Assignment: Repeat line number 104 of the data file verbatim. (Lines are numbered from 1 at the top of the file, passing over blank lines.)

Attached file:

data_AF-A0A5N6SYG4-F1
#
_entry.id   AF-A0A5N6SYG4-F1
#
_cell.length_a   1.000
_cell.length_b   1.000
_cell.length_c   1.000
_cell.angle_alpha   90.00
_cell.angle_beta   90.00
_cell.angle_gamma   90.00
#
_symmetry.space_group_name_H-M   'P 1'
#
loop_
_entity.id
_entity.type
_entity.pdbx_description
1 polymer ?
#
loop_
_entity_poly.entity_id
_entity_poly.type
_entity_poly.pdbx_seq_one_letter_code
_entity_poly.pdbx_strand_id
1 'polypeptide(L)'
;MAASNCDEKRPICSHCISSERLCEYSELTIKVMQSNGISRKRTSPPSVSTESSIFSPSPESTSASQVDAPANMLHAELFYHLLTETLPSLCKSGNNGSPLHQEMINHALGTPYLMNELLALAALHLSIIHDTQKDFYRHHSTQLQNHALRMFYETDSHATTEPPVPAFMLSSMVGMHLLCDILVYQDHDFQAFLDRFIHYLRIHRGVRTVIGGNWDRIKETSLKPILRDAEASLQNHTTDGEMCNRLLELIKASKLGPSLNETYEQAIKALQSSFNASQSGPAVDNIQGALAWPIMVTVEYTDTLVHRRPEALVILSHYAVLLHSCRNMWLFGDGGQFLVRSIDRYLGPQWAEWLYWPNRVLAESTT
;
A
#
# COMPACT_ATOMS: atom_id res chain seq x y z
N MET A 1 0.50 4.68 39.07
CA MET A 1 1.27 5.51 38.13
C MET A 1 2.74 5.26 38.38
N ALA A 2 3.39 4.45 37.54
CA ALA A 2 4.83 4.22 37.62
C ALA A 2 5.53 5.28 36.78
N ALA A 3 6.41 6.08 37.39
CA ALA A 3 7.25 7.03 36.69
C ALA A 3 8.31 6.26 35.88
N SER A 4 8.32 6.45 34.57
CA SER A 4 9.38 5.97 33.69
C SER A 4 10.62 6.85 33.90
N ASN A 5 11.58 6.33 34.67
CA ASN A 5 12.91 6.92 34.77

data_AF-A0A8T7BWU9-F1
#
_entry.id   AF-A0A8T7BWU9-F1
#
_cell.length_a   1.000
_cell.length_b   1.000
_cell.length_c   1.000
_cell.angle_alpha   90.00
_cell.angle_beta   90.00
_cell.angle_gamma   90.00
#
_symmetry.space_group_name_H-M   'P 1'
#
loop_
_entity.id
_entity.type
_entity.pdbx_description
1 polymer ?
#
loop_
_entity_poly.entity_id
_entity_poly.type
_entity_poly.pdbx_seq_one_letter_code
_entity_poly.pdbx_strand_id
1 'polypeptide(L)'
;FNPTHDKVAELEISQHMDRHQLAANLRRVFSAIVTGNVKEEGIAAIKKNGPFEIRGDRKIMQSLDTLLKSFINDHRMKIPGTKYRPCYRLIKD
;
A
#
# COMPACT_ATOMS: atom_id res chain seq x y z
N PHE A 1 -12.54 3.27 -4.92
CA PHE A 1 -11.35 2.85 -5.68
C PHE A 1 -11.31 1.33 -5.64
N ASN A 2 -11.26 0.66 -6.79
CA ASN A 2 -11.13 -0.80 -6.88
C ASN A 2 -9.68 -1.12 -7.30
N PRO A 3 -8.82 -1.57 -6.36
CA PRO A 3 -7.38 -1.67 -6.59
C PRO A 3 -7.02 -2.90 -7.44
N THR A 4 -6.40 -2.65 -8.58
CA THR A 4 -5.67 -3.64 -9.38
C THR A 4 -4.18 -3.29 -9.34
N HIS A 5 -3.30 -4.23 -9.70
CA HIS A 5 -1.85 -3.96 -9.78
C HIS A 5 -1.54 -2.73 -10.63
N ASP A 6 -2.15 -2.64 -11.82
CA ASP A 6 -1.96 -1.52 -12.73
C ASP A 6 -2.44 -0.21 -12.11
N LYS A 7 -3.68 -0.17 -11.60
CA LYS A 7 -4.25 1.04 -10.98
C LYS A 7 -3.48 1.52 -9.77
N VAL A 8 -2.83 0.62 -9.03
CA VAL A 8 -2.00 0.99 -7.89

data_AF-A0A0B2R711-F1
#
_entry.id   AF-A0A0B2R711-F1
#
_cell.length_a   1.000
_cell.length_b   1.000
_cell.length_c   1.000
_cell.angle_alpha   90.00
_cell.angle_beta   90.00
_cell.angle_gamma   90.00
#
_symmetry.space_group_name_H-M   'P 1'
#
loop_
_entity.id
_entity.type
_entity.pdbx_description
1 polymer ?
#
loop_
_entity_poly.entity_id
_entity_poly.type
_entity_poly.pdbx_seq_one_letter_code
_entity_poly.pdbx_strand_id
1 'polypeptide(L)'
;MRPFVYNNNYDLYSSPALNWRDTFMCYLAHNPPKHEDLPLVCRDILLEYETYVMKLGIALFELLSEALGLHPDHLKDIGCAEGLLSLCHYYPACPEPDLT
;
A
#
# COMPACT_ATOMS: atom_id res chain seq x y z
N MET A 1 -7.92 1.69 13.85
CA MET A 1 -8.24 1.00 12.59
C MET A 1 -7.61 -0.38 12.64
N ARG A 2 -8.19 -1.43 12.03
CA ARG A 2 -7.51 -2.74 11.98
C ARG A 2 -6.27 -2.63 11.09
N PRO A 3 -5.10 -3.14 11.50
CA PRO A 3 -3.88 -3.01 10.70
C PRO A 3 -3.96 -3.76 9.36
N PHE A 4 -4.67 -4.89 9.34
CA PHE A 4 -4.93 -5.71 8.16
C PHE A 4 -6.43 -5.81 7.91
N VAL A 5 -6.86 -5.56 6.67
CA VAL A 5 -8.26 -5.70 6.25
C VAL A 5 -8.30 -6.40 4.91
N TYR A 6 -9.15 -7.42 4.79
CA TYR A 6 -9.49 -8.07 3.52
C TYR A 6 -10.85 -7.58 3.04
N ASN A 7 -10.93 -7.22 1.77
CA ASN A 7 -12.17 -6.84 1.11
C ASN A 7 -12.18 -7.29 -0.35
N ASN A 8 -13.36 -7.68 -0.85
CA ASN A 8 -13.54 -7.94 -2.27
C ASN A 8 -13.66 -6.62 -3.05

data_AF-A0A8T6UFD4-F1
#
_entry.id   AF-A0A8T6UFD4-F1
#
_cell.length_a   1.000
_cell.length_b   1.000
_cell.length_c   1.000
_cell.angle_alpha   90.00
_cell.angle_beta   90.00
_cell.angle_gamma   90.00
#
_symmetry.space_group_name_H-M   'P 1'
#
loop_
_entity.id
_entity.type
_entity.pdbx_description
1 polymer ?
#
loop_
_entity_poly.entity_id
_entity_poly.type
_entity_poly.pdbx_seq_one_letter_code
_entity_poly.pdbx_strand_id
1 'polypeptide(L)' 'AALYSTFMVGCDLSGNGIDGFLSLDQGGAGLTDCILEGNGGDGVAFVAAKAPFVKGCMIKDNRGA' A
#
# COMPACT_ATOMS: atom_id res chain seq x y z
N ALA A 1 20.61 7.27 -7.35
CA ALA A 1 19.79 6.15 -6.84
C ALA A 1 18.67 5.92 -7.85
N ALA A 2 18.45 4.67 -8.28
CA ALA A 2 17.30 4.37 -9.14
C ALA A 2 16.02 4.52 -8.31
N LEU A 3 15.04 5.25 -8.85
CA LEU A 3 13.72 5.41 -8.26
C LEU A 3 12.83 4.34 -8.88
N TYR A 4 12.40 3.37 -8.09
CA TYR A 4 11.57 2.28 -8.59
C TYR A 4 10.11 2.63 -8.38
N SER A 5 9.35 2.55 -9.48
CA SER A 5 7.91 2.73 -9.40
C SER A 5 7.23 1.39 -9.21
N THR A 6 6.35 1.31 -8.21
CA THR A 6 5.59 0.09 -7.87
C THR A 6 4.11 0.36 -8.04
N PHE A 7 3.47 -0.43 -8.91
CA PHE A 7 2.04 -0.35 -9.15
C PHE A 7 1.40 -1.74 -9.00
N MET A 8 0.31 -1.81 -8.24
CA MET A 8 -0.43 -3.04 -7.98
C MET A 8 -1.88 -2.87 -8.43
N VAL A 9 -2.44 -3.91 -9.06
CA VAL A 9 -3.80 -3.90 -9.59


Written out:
_cell.length_c   1.000